Behind the Wheel
Driver's ed and private lessons are worthwhile for teaching teens the rules of the road and basic skills, but you can't rely on them entirely, cautions Susan Ferguson, PhD, senior vice president for research at the Insurance Institute for Highway Safety (IIHS). "Driver's ed courses don't reduce risks of teen auto crashes because they don't give students enough driving experience. In most cases that's the parents' job."
The "learner's permit" stage is your golden opportunity. Studies show that the time when teens can drive only with an adult in the car is the safest driving period of all. The first few months after he gets his license, however, are the riskiest, when driving solo increases teenagers' crash risk 20-fold. Every chance you give your kid to drive with you as a guide may be the experience he needs to avoid an accident. To ease the ride:
- Start slowly. "It takes several driving trips for teens to learn how to get from Point A to Point B and to figure out basics like how much pressure to apply to the brakes to stop or how far to move the steering wheel to turn," says Dr. Winston. Begin in an empty parking lot, where your teen can get a feel for the car and learn to operate the controls. Once he's comfortable, move on to quiet streets, where he can practice staying on one side of the road, anticipate other cars, and learn to pull up to a stop sign.
- Vary the experiences. Once she's mastered the basics, begin to expose your teen to different driving conditions. Teach her to merge onto the highway at a noncongested point, then later at a busier spot. Take her into downtown traffic. Give her opportunities to drive at night, in the rain, even in the snow, if you would do so yourself. "At this point, anytime you and your teenager are in the car together, she should be the one driving," says Dr. Winston.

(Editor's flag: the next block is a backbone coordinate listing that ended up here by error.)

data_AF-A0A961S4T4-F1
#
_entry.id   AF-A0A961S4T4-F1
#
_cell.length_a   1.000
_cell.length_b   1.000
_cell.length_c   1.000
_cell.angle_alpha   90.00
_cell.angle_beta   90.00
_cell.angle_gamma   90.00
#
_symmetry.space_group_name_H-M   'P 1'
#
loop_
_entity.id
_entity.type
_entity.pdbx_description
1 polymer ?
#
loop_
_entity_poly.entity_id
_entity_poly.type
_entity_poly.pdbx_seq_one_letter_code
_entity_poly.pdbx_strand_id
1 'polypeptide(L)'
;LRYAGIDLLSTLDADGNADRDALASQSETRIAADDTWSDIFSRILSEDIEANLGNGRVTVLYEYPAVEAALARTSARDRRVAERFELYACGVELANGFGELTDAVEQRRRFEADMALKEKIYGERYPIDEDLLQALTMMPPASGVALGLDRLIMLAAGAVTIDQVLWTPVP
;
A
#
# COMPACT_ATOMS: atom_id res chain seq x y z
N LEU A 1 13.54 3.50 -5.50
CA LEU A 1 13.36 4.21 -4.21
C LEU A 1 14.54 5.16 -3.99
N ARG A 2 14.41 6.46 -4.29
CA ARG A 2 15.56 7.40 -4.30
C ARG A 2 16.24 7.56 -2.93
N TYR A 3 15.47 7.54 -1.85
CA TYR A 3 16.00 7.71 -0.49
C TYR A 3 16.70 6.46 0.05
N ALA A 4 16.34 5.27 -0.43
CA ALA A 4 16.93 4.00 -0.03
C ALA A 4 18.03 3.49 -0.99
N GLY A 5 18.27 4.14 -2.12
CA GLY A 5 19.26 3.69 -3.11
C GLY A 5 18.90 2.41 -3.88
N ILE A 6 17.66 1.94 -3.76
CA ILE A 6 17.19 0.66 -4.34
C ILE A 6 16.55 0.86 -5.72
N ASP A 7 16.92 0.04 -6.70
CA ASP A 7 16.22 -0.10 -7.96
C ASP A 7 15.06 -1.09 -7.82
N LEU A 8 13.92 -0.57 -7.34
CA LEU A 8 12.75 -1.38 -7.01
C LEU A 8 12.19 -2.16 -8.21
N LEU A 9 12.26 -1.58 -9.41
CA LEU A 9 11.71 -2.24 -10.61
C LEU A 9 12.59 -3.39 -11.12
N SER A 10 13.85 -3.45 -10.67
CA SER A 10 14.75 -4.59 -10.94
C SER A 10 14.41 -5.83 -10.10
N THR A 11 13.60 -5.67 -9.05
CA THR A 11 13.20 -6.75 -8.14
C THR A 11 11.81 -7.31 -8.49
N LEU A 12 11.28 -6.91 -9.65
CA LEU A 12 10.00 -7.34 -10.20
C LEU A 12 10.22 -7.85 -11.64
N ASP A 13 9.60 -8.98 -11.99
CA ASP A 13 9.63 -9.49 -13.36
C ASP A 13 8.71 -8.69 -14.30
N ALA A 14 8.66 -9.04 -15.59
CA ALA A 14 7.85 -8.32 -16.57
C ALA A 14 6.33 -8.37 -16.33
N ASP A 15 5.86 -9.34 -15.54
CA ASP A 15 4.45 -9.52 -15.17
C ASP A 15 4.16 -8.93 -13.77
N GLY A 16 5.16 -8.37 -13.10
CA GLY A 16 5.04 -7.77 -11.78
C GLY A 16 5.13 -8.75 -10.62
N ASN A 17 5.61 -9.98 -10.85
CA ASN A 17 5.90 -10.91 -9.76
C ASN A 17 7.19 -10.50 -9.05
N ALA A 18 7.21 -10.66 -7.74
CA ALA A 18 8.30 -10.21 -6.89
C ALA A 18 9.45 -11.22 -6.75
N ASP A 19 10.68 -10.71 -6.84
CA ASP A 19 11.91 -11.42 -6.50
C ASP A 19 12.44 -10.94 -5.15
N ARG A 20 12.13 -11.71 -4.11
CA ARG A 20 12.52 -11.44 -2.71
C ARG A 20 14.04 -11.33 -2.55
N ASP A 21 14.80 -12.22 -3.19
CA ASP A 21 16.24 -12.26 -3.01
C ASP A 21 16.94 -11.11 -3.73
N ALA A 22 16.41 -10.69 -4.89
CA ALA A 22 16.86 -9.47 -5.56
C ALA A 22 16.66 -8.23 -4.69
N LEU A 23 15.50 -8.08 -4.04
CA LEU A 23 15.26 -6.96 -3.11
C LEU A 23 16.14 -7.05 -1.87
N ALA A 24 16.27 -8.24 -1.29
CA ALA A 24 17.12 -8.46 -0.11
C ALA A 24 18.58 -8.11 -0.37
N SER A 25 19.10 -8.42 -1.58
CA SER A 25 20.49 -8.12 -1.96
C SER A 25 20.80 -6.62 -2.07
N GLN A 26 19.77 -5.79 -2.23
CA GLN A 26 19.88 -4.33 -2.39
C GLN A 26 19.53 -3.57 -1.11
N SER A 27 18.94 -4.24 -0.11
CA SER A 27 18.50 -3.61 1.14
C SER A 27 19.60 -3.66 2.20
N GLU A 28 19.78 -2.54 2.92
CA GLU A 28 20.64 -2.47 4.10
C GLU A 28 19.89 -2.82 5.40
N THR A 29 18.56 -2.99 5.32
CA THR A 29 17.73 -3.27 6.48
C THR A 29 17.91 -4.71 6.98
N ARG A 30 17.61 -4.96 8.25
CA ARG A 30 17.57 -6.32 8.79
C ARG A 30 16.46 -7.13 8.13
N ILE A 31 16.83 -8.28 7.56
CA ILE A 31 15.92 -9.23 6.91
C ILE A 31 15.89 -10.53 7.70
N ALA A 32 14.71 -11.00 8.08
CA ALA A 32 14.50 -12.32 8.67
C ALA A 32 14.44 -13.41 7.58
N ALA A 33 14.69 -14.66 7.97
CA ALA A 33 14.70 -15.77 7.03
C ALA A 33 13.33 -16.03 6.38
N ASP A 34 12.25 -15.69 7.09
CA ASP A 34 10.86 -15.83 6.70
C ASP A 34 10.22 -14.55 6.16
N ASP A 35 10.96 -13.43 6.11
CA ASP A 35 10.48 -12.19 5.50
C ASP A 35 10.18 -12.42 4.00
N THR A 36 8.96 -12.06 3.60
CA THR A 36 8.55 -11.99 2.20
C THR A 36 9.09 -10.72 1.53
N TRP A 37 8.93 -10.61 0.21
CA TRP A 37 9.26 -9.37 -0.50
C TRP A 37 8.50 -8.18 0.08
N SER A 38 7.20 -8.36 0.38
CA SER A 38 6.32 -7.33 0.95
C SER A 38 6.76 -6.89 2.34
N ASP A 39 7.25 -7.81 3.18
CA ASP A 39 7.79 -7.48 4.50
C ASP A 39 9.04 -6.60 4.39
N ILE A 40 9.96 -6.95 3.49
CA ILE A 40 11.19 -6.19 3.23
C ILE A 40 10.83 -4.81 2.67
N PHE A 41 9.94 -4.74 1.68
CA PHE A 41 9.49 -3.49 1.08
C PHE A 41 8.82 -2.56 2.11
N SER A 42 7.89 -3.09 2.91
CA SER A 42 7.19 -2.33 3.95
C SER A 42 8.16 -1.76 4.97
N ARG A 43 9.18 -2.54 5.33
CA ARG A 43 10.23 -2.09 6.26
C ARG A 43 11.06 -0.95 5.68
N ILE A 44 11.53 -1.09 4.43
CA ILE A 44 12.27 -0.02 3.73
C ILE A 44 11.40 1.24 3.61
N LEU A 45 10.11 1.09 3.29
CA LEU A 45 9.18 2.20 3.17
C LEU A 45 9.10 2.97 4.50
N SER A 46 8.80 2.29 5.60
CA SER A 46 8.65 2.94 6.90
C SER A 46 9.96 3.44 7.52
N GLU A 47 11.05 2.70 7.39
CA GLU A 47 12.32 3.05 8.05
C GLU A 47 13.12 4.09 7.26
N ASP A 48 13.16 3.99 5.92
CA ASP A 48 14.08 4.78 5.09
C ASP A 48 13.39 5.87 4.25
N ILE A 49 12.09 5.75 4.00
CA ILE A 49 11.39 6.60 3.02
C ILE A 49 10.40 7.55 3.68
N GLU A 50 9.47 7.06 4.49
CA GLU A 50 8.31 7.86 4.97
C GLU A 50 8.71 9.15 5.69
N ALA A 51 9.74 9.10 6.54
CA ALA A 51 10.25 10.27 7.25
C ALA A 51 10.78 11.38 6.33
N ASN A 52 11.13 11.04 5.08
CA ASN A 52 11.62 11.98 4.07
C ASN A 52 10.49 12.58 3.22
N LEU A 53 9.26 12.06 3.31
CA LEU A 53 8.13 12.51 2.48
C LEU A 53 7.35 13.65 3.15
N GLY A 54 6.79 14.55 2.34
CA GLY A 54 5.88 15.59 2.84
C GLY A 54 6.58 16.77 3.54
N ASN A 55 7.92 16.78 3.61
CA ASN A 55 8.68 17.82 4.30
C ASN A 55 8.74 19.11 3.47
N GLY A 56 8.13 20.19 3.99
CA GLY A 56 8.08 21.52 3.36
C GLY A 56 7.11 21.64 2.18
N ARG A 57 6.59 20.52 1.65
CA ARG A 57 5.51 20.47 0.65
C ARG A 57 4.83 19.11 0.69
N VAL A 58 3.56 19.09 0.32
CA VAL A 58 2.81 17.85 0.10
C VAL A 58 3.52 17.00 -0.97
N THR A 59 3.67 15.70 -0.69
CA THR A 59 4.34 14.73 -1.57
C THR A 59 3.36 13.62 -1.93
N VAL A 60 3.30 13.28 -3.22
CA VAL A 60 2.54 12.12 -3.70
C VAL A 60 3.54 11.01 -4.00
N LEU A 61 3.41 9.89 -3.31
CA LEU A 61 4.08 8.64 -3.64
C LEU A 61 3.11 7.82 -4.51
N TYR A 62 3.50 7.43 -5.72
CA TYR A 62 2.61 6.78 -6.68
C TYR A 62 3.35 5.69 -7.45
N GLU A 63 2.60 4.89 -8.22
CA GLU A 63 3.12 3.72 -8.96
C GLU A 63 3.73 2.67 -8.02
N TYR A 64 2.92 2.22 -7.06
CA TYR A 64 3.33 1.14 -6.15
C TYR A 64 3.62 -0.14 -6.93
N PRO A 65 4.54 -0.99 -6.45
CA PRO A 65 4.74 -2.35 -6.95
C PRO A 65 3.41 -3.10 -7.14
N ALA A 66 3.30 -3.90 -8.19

- Tackle teen tendencies. Studies show that teens speed and tailgate more than adult drivers do. They also often look only as far as the car ahead of them and don't do as good a job anticipating potential hazards, such as cars changing lanes, entering a highway, or stopping short. A young person's judgment and decision-making skills are still maturing until his mid-20s. Therefore, besides giving your kid lots of practice, help combat driving errors by teaching road rules that will stick in his head. For instance, "Count to three, safe you'll be." On a highway have your teen watch the car in front pass an object and start counting. If he can count to at least three slowly before passing the same object, he should have room to brake safely if necessary. Your teen may roll his eyes at your corny rhymes, but at least he'll remember them.
- Spell things out. "When I was teaching my son to drive, the term 'slow down' didn't work," says Dr. Winston. "He thought 'slow down' meant lifting his foot off the accelerator, when I meant 'brake!' We pulled over, I explained it to him, and he got it." Also explicitly review road rules. "My daughter thought that you should speed up to pass through a yellow traffic light, and her friends would high-five one another whenever they made it before it turned red," says Dr. Ferguson. "I had to stress to her that yellow lights don't mean speed up; they mean stop."
- Stay calm. If you're nervous or angry at your teen when he's driving, ask him to pull over and talk in a safe place. Discuss the route you're taking and the hazards you'll encounter before you head out for a drive. "When I first drove with my 15-year-old, Sean, I wanted to hold on to everything in the car -- the door, the dash, the window -- it was kind of like free-falling," recalls Rachel Collins, a mom of three in York, Maine. "But after nearly a year of driving with him while he had his permit, we both felt more at ease -- that is, until the day he got his license and drove on his own; then my worries started all over again!"